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Re: Census obsession

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    I wrote:. ... Galilean--for ... The rebellion of Judas the Galilean marked the beginning of the troubles in Galilee and in Judea generally. This agitation was
    Message 1 of 3 , Jan 2, 1999
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      I wrote:.

      >>Far from taking a literalist
      >>position, I argued that Luke may have made been contrasting the census
      >>obedience of Jesus' family with the census revolt of Judas the
      >>the benefit of his readership.
      >If you're not being literalist here, Jan, the argument has no value at all
      >as far as I can see. You are trying to create some complex motivation for
      >using the census that ignores the obvious reason for its use found in the
      >text and that has no pointers for such a "hidden" significance. In short,
      >this seems your speculation and not derived in any way from the text.

      The rebellion of Judas the Galilean marked the beginning of the troubles in
      Galilee and in Judea generally. This agitation was specifically anti-Roman;
      the fuse that ignited it was the census of Quirinus. Since Jesus' parents
      were residents of Galilee and Jesus was born, in the GLuke version, at the
      time of the census/rebellion, it is reasonable to suppose that the author of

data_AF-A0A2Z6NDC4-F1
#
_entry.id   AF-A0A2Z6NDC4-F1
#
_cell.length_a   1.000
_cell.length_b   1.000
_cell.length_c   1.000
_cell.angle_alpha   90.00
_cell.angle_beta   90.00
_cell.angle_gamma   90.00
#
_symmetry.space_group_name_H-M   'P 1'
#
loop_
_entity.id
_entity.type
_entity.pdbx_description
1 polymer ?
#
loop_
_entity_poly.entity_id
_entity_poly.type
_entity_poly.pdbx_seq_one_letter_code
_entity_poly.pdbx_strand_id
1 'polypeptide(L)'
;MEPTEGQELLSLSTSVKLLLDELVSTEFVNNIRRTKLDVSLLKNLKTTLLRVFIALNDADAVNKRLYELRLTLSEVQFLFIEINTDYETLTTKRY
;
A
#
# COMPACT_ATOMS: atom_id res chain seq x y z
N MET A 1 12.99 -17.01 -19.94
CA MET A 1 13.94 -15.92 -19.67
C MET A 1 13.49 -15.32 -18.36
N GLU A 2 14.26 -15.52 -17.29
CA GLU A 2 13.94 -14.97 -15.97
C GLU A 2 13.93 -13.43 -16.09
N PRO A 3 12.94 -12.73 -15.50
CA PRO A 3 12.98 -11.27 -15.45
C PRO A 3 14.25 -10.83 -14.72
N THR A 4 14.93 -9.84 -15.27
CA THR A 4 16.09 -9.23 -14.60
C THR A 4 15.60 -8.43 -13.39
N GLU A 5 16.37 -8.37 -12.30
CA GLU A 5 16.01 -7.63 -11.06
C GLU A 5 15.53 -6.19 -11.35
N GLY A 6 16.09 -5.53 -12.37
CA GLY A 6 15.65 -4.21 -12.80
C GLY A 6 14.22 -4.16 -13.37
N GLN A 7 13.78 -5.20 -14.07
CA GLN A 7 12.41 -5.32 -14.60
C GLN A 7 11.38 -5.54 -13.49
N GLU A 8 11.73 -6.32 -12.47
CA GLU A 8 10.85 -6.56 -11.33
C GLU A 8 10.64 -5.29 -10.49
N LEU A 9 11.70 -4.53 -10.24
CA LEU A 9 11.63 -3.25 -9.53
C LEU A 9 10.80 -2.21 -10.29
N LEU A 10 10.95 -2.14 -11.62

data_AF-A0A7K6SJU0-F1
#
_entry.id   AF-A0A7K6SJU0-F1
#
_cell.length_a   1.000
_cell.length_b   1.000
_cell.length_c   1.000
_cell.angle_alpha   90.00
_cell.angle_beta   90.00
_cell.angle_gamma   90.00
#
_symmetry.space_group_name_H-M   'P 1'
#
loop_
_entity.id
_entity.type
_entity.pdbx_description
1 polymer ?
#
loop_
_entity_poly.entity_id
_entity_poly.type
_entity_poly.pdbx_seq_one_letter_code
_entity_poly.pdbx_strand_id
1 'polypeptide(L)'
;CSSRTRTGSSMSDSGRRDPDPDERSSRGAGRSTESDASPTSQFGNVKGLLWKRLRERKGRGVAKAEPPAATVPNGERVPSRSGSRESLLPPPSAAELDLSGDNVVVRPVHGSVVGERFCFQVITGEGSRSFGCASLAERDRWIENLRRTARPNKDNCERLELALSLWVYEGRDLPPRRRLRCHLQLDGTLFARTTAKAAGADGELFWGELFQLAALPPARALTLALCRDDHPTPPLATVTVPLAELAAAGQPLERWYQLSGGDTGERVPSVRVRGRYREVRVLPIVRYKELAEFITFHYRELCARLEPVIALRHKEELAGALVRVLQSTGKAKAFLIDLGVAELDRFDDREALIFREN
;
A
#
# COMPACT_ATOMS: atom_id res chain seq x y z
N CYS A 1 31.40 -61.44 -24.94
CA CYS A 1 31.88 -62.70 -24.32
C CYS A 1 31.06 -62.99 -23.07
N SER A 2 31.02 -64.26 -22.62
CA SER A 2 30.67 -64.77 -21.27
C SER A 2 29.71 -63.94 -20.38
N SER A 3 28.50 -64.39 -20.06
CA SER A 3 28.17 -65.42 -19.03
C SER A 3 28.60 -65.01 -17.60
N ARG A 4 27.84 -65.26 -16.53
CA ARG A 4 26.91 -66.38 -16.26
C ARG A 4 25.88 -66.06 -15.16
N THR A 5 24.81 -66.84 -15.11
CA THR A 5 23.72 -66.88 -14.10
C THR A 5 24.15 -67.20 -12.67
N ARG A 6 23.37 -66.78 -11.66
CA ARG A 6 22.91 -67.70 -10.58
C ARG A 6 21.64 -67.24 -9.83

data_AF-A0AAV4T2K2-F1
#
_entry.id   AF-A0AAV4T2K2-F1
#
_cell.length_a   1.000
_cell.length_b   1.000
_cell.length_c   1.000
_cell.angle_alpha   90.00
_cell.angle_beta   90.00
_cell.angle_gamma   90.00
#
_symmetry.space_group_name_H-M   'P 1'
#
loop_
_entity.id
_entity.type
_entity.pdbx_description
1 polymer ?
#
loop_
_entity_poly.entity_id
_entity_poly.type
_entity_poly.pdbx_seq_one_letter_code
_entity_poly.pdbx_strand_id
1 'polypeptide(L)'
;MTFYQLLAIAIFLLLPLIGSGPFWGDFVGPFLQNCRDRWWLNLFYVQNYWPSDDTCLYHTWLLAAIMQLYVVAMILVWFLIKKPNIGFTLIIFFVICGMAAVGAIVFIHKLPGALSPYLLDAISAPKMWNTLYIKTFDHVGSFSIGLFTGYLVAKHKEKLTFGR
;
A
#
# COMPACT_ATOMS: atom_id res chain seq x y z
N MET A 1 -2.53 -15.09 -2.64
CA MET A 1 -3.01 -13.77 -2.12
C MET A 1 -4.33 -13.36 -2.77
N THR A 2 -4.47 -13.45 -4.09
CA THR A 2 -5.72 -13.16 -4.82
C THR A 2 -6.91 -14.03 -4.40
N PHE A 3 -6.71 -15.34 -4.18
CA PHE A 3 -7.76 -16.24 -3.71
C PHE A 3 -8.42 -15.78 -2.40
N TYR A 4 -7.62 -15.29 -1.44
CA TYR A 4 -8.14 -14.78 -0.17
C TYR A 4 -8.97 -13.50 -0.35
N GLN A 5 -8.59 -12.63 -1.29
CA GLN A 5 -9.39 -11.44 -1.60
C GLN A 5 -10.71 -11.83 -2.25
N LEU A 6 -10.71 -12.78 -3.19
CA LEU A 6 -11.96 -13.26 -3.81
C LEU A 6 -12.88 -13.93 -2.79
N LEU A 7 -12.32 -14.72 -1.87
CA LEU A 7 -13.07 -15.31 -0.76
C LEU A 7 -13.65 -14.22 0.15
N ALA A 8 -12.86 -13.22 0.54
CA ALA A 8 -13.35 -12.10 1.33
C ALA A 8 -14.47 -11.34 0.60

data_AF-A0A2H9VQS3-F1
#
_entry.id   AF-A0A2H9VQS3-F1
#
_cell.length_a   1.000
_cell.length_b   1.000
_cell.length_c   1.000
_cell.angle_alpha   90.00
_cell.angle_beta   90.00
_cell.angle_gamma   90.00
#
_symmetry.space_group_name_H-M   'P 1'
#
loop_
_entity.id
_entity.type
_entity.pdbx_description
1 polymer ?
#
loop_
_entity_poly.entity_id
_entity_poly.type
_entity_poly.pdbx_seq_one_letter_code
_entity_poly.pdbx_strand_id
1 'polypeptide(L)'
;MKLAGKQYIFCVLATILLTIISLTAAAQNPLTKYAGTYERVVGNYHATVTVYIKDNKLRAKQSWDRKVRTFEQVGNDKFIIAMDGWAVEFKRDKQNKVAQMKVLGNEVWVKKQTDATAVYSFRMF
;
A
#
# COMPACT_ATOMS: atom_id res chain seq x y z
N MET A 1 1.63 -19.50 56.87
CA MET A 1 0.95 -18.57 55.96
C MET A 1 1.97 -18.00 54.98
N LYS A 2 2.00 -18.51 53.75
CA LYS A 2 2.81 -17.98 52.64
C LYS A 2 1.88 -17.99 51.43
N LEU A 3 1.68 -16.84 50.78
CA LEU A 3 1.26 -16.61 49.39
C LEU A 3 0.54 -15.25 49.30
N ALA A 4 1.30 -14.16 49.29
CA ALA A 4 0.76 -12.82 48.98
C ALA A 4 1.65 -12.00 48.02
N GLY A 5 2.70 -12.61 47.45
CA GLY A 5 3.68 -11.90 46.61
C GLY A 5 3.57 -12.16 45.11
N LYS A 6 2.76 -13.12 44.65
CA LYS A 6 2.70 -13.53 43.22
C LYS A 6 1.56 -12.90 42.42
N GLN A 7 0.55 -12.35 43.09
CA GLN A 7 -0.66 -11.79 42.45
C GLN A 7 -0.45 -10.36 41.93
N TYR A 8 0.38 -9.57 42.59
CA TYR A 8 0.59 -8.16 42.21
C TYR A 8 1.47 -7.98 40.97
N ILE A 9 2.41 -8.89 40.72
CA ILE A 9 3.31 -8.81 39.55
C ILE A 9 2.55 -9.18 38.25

GLuke wanted to remove any suspicion that Jesus' family had any sympathies
      with the rebels. The best way to accomplish that would be to portray them as
      obediently participating in the census. That's not a hidden significance in
      my opinion, but an overt one. As to the census serving as the vehicle to
      bring Jesus' family to Bethlehem, I would say that it is a poor vehicle
      indeed. Firstly, the requirement to be counted in one's ancestral town seems
      illogical if the census is to be of use for purposes of tax collection.
      Secondly, does Luke really need the census to bring the family to Bethlehem?
      He could have had them visit the Temple at Passover and stop over to see
      relatives in Bethlehem, for instance. The more likely reason that he chose
      the census to bring them to Bethlehem is so he could flash their credentials
      as obedient subjects of Augustus.
      I wrote:
      >>...the presumed obedience of Jesus' family to a Roman edict that other
      >>particularly Galilean Jews, violently rejected might have been thought
      >>helpful by the author of GLuke and Acts in the interest of making Jesus a
      >>respectable figure in Roman eyes.

      >(That the parents are represented as good citizens -- in Roman terms -- may
      >be conscious: I don't know, but it's reasonable.)
      Chances are that it was. After all, had the author of GLuke merely stated
      that Jesus' parents were loyal subjects of the Empire, it would not have
      been nearly as effective as portraying them as demonstrating their loyalty
      in a practical way. And let us keep in mind that, in the face Judas'
      rebellion, the loyalty of any Galilean at the time of the Quirinus census
      was suspect.


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